From Irish Guards Association Journal, 1961:
By Brigadier DML GORDON-WATSON, OBE, MC
At the invitation of the Lieutenant-Colonel I found myself, happily, representing the IRISH GUARDS at the Norwegian celebrations of the 20th Anniversary of the Liberation of NARVIK. In fact I found myself leading the British Army delegation in the company of Air Marshal Sir Richard ATCHERLEY and Rear Admiral Sir Hilary BIGGS (who had commanded one of the destroyers under WARBURTON LEE in the Battle of NARVIK).
Of the journey suffice to say that we sped, in true sense, from DUSSELDORF to OSLO by Caravelle, and then on by Viscount over TRONDHEIM, BODO and NARVIK fjord to BARDUFOSS. So there we were quite suddenly in the Arctic Circle; the day was beautiful, the sun shining, the air crisp, the snow melted though still showing on the tops, the rivers in spate with snow water but too dirty and too cold yet for the salmon to run.
After a pleasant journey by bus we passed GRATANGEN, where the Norwegian forces first met the Germans, and then we descended to BJERKVIK.
It was here that I remember sailing into the bay in H.M.S. ZULU whilst we were shooting up German troops and transport vehicles.
As we drove down the hill to BJERKVIK I was sitting in the bus next to Air Commodore JAMESON, a New Zealander known throughout the Air Force as “Jamie”. He had led the Hurricans at NARVIK and (now with Air Marshal Sir Kenneth CROSS, Chief of Bomber Command) had survived on a Carley float after being sunk in H.M.S. GLORIOUS, the only two left of some thirty odd forty-eight hours before.
“We were flying down the valley at 1,000 feet, when we saw two Heinkels above us over NARVIK, so we went up underneath them, they didn’t see us …” “I must have a look up ROMBAKS fjord, I clobbered a flying boat in there.”
All this sounded very reminiscent, yet somehow a little unreal.
We crossed ROMBAKS fjord to NARVIK, by ferry and approached the very landing stage which we would have “stormed” in naval cutters had we assault landed at NARVIK as planned.
It was past here that “Brigadier TRAPPES” [Trappes-Lomax, SG] “Colonel FAULKS” [Faulkner, IG], myself, and the present Lieutenant-Colonel had sailed to H.M.S. AURORA to make the reconnaissance in preparation for the assault that never happened.
We stayed at the Grand Hotel, a pleasant hotel with a night club in the basement – not that it was ever night, or that one got any sleep in one’s three days at NARVIK.
This hotel was, as it were, on the reverse slope to where we would have landed.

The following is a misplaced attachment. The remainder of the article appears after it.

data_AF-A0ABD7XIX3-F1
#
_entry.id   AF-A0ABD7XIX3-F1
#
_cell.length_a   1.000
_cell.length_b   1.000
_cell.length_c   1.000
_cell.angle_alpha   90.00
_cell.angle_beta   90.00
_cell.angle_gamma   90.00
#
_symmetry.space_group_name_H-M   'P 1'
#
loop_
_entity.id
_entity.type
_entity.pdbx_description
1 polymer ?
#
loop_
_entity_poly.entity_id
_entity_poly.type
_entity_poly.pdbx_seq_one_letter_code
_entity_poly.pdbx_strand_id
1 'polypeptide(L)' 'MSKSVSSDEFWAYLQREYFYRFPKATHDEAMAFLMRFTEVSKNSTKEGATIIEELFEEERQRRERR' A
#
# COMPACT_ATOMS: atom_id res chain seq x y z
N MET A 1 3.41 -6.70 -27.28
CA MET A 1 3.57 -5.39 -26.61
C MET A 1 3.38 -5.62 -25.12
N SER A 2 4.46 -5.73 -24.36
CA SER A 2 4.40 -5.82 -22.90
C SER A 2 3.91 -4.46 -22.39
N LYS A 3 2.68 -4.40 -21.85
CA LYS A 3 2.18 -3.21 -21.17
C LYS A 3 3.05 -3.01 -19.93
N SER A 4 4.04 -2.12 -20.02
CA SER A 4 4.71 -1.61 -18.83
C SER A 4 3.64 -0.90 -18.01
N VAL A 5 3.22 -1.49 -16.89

I tried to cast my mind back to that reconnaissance that we made. I still remember the German caught at this morning duties, whom we chased up the hill with four inch shells as he stumbled in several feet of snow.
I don’t believe the attack was ever on, and, had we landed machine guns on the hill above, the town would have put paid to those who died. Of the town itself, what looked comparatively small and flat, was full of defiladed places from where machine guns could have played havoc undisturbed.
From NARVIC we visited BALLANGEN where the SOUTH WALES BORDERERS had fought and where the HARDY had been sunk. Here there is a beautiful cemetery, most lovingly cared for by the Norwegians, as are they all, where the graves are mostly naval and Polish.
The Polish delegation incidentally came from WARSAW. Reserved to start with, and accompanied by the inevitable military and naval political commissars, they soon warmed up (the commissars especially in the night club, the naval one being particularly good at rock and roll). Among them was Colonel DEC, a most distinguished man who had commanded one of their Battalion’s throughout the NARVIK campaign.
Among the French delegation was a very, very small man about five feet one inch. Monsieur Alex MAGNY, ex private soldier, Foreign Legionnaire. Now, if you enter the Galeries des Elysees opposite the Hotel Bristol, you will find him there, and if you visit him in his flat in the Avenue Foch you will find there many beautiful Renoirs, Bonnards and Sisleys.
During my time at NARVIK I walked to the cemetery some mile or so from the hotel. In that cemetery, one grave away from each other, are the graves of John BOWEN and FAULKS [Faulkner]. It’s a little difficult to describe jut what that meant to me.
All I have have done in this short article is to try and give some impressions what it felt like to go back to this place in a matter of hours, which it had taken us so much effort to get to, and which in those days had felt like the end of the earth. How much had passed, how many great and gallant friends had passed away too, and yet how everything existed and lived and how much and how many of us were the same.
I would not like to finish this short article without saying how incredibly kind and friendly the Norwegians were to all of us. Anyone who goes there will find a tremendous welcome awaiting them.